Genocide Awareness Project demonstrators charged at University of Calgary
Pro-life students at the University of Calgary remain unbowed after aggressive – and unnecessary – actions launched against them by university administration and the student union.
At press time, four personnel with the Campus Pro-Life club had received summonses to appear in court Feb. 27 on a charge of “trespassing.” Two more had their names taken down and were expecting to receive summonses as well. Shortly afterward, the University of Calgary Students’ Union revoked CPL’s club status.
The developments were the result of CPL’s latest staging of a graphic Genocide Awareness Project display on campus last November, which prompted written threats of legal action from the university’s legal firm, Burnet, Duckworth & Palmer. Paul A. Beke of that firm said the students would face arrest, fines, a civil lawsuit, suspension and expulsion if they did not “reorient” their graphic display in such a way as to ensure passers-by who didn’t want to see the display wouldn’t.
In doing so, Beke claimed the university – which receives 60 per cent of its funding from government sources – was “private property” and that the Charter of Rights and Freedoms, which guarantees freedom of assembly and expression, does not apply to it.
The imbroglio has attracted headlines across the country, with even normally hostile media outlets such as the Toronto Star editorializing that, “University campuses are supposed to be havens of free speech.”
For their part, the pro-life students, who have held their ground firmly throughout, are determined to see the matter through.
“We are very determined still … to be a voice for the unborn,” said CPL president Leah Hallman. “We are committed fully to that. We are quite determined not to let anything stop us from being able to do that.”
Hallman added the university and student union “have made it a little bit more difficult and frustrating,” but that means that pro-life students “just have to be a little more creative and persevere.”
She said reactions on campus to the controversy have been mixed, but her family and many of her classmates and roommates and have been very supportive and are asking how things are going: “They’re just astounded that the university would do such a thing.”
Hallman is hopeful the students can beat the court rap, while keeping in mind that one must “hope for the best, but expect the worst.” She is encouraging concerned Canadians to voice their views with the president of the university, the student union and the government. “Stand up for what is right. Stand up for truth. Stand up against injustice by speaking out for the unborn (and) living in solidarity with them and by persisting in the face of persecution.”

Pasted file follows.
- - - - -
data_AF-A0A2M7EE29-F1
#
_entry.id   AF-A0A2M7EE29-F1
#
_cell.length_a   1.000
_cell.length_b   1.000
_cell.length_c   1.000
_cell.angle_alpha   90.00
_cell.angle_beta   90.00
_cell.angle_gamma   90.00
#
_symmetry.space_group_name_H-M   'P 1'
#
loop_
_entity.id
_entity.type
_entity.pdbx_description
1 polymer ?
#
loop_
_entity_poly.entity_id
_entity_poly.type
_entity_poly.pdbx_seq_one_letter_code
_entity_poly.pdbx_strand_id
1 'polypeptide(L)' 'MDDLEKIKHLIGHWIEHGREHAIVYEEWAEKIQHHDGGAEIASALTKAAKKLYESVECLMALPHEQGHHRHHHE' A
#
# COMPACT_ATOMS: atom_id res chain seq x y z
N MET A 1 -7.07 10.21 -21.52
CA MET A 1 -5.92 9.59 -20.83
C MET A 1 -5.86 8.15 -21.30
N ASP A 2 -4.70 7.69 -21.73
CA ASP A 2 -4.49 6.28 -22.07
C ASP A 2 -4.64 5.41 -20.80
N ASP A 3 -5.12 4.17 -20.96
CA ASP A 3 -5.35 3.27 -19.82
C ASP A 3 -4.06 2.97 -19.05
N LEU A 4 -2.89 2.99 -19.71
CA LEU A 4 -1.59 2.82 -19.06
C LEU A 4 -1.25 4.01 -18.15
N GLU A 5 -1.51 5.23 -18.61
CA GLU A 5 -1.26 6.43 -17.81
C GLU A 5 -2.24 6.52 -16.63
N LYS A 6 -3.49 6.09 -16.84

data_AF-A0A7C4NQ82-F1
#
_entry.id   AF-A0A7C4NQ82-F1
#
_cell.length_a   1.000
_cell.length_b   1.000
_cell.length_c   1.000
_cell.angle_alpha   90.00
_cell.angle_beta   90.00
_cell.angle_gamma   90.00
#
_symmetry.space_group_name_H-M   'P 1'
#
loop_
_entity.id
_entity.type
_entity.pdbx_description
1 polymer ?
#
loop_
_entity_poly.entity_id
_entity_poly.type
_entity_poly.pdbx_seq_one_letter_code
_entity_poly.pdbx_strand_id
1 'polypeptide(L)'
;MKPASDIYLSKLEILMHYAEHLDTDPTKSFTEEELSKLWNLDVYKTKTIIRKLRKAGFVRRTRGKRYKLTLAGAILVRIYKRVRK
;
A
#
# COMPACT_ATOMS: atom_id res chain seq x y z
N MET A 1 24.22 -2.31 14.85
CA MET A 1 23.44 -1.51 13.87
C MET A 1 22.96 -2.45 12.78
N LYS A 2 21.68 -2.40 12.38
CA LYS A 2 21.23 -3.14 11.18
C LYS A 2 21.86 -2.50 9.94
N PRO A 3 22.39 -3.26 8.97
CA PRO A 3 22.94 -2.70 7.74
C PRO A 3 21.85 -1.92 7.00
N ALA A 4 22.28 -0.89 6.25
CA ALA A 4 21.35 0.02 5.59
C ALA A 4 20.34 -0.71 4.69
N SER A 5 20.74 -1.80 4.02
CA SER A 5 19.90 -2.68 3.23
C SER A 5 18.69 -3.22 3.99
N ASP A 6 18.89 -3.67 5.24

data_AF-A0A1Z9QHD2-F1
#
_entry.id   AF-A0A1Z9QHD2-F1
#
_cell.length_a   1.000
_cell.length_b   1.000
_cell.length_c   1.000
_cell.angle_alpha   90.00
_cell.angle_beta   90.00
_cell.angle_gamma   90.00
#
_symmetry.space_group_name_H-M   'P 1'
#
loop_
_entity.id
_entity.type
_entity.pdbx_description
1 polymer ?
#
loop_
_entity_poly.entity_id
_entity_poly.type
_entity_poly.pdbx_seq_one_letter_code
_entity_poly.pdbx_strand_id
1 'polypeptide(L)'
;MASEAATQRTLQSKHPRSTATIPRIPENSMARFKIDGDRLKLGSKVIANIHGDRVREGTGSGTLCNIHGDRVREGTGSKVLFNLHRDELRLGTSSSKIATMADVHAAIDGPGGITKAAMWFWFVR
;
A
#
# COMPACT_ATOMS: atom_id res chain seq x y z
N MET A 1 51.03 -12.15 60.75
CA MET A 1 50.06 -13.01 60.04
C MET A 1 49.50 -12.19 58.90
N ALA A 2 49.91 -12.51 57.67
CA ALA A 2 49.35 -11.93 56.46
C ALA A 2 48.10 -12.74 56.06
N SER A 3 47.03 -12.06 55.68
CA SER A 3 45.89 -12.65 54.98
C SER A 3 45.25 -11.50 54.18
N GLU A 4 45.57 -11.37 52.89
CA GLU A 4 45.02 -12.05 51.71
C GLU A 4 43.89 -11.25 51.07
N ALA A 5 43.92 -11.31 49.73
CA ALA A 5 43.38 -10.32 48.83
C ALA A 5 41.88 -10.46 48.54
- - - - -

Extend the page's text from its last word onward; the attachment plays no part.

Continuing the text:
Stephanie Gray, executive director of the Centre for Bioethical Reform, which helps students stage Genocide Awareness Projects on campuses, said although such exhibitions have encountered various degrees of suppression and censorship in the past, the U of C situation is at a different level.
“The real issue is the fact they don’t want this truthful, but controversial, message on display,” she said.
She dismissed the university’s notions that it is a private institution at which the Charter of Rights does not apply. “If they’re going to hold (to) that … I recommend they stop taking taxpayer dollars to fund their institution.” At previous GAPs held at the U of C, the university admitted that the Charter of Rights did apply there, Gray noted.
She added pro-abortionists “can’t be very confident in the perspective they claim to hold if they are afraid to allow the alternate perspective to be heard.”
John Carpay is executive director of the Canadian Constitution Foundation, an independent and non-partisan organization with a mission to defend and promote constitutional freedoms in Canada’s courtrooms. The CCF has taken up the pro-life students’ cause from a free speech standpoint and will be providing free legal representation during their upcoming court appearances.
Carpay echoed Gray’s observations that the university has previously acknowledged Charter rights on its property and questioned why the institution has done a 180-degree turn after allowing the GAP six times in the past.
“The only risk of violence is coming from people who disagree with the display, who might attack it and tear it down … What the university should do … is uphold the rule of law … You don’t allow the threat of violence to shut down a very controversial opinion. That’s very, very scary.”
Carpay added the situation is “clearly a case of viewpoint discrimination. The university is targeting one group of people who hold one opinion on one issue … What they’re targeting, really, is the pro-life message.”
He said the matter of the university being a private institution is somewhat of a grey zone, in that, because it is not a direct arm of the government, it lies somewhere between being private and public. It will be up to the judge or judges presiding in the upcoming court cases to sort through those questions, he said.